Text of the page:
comments_image Comments

Super Mom Slammed by Homelessness

Share

It’s hard work being a homeless parent.

Ask Lupe, the super mother, as dubbed by her teenage son. To afford the bare-bones mini-suite she and her family, including grandkids, stay in, she works a typical 16-18-hour day doing the thankless, gruelingly gross, low-paying job of a motel housekeeper.

If you look at her face, you see both the deep circles under her eyes and the determination of a mama bear-type mother who will do everything to protect her clan.

For the past 5 months, they’ve lived in this nondescript motel on the fringe of Los Angeles. Their apartment was shuttered by city officials for structural problems. They had 3 days to find another place to stay, decide what to take, and put their stuff in storage. She found this motel, a combination of long-termers and passing-through tenants, none apparently vacationing. The huge drawback—the astronomical $460-a-week tab—the going rate for a larger space to accommodate her family and her homeless grandkids.

I asked where they’d be if not here, in this high price spot. Deep fear blazed in her tired eyes. Skid Row, the miserable setting where the discarded individuals and families receive marginal assistance, was the other option. A friend, she shared, had stayed at a family shelter in Skid Row. “I cannot take my family there,” Lupe strongly stated. “I have a 10-year-old daughter. I don’t want anything to happen to her.”

The “anything” was quite chillingly clear.

Our interview last night, which I filmed and will edit into a YouTube piece, was what we wanted as we continue our EPIC Journey. Lupe spoke strongly, both about her plight and her determination to move forward. But it rendered both of The Babes of Wrath into a deep funk on the way back to our parking place.

How many of these faceless motels along our route are “homes” to how many families? Having been in more than just a few over both of our lifetimes, we know countless families suffer the same fate. Sadly, HUD’s point-in-time census omits families like Lupe’s.

This otherwise stalwart mother teared up twice during our interview. Her kids were playing in the other room, so they didn’t have to see their super-Mom cry. She spoke of the moment she faced reality of being homeless—with no place to go (her extended family’s saga is an incredible tale of way too much suffering), and being unable to do anything except cram into a motel room, with the accompanying label, “homeless.” Lupe lamented, “I let my kids down. They think Mom’s going to take care of it. I battled with that a lot…I’m responsible for these kids.”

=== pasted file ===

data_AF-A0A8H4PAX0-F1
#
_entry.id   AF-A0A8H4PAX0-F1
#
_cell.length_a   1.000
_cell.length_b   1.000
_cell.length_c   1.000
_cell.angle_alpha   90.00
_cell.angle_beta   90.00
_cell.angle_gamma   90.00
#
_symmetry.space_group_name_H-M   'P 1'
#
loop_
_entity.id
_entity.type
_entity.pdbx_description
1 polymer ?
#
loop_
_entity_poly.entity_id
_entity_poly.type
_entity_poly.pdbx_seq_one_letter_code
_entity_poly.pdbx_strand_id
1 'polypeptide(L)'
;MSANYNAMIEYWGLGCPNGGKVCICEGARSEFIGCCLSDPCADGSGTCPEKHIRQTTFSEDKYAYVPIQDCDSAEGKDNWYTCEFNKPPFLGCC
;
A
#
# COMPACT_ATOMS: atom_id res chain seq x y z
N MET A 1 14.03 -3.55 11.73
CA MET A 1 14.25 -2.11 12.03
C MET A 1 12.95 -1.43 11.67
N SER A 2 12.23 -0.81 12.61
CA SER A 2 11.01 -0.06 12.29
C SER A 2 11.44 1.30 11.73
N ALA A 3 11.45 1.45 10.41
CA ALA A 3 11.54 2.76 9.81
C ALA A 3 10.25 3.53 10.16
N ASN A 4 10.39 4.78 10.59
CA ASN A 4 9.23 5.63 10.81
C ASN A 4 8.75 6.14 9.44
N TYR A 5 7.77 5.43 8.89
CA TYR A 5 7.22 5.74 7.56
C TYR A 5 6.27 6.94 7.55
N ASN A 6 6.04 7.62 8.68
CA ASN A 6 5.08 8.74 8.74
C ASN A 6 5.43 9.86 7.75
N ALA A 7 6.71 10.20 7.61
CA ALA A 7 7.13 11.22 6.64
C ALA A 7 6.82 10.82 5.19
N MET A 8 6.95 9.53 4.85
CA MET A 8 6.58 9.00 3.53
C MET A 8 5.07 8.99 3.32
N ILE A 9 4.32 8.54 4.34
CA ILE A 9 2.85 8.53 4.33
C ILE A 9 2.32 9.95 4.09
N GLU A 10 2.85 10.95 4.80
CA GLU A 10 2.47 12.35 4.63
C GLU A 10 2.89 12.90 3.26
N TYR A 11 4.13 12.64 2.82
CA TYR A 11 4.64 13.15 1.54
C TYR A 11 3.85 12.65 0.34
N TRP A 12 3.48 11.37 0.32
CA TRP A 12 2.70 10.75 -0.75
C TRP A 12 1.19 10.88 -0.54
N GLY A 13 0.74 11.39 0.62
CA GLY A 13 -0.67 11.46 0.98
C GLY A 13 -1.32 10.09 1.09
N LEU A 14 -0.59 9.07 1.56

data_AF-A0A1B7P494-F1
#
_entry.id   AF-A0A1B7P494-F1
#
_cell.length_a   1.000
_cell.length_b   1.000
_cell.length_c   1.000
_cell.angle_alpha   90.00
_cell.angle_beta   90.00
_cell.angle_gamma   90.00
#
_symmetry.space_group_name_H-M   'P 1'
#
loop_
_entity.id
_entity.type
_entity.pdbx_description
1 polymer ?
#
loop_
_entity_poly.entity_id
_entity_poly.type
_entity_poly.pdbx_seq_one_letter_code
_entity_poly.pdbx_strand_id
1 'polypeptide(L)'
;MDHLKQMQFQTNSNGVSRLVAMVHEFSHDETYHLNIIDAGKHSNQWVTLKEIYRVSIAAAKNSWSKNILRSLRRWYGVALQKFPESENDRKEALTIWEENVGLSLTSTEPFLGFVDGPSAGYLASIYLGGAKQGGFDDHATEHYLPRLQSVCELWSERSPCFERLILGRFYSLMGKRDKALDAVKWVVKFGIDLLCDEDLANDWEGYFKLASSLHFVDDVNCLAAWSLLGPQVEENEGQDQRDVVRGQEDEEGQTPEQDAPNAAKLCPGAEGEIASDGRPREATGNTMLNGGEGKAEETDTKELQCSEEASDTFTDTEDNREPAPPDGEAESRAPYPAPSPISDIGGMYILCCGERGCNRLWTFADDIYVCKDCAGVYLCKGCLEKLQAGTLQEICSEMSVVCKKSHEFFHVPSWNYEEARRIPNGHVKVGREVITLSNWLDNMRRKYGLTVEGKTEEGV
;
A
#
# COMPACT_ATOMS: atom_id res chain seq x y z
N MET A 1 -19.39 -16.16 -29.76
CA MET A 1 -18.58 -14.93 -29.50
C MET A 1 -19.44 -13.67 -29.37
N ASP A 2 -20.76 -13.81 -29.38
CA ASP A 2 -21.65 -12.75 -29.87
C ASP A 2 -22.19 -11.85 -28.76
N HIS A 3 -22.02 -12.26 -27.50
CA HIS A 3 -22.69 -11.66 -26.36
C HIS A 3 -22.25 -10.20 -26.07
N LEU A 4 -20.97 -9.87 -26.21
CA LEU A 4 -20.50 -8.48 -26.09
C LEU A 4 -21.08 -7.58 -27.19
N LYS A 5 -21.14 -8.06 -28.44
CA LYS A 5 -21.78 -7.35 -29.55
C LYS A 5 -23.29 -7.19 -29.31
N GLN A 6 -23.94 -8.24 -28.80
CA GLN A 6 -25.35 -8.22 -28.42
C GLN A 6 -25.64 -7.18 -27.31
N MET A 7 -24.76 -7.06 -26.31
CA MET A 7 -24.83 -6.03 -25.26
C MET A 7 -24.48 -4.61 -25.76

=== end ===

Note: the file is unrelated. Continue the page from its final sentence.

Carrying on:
The other tear-inducing topic was stuff. When they scampered to this motel, she thought it would be just a few days. Everyone only took a few items of clothing and minimal personal belongings. The rest went to storage. But soon the time came, as it does to many families in similar straits. Pay the storage bill or pay the motel bill.

Her agony was palpable. She listed the irreplaceable items lost: kids’ pictures and drawings, homemade blankets, family records, identification records, and heirlooms. The china cabinet she saved for, filled with special china for holidays, gone. Furniture, nice stuff, she said. Two flat-screen TVs. As she inventoried her losses, more tears flowed. Her personal stuff was tossed out. The furnishings were auctioned off by the storage facility, ala the sick-o TV series, “Storage Wars.” She got nothing. Storage space owners got everything.

Pat and I fumed on the way home. The least we could do as a nation where “liberty and justice for all” concludes our Pledge of Allegiance, is to figure out how families would have an opportunity to claim their insignificant belongings and get their share of the proceeds from these auctions. But, with greed as the underlying principle, and clueless legislators steering the good ship America into the rocky shoals, we’re not going to see justice anytime soon.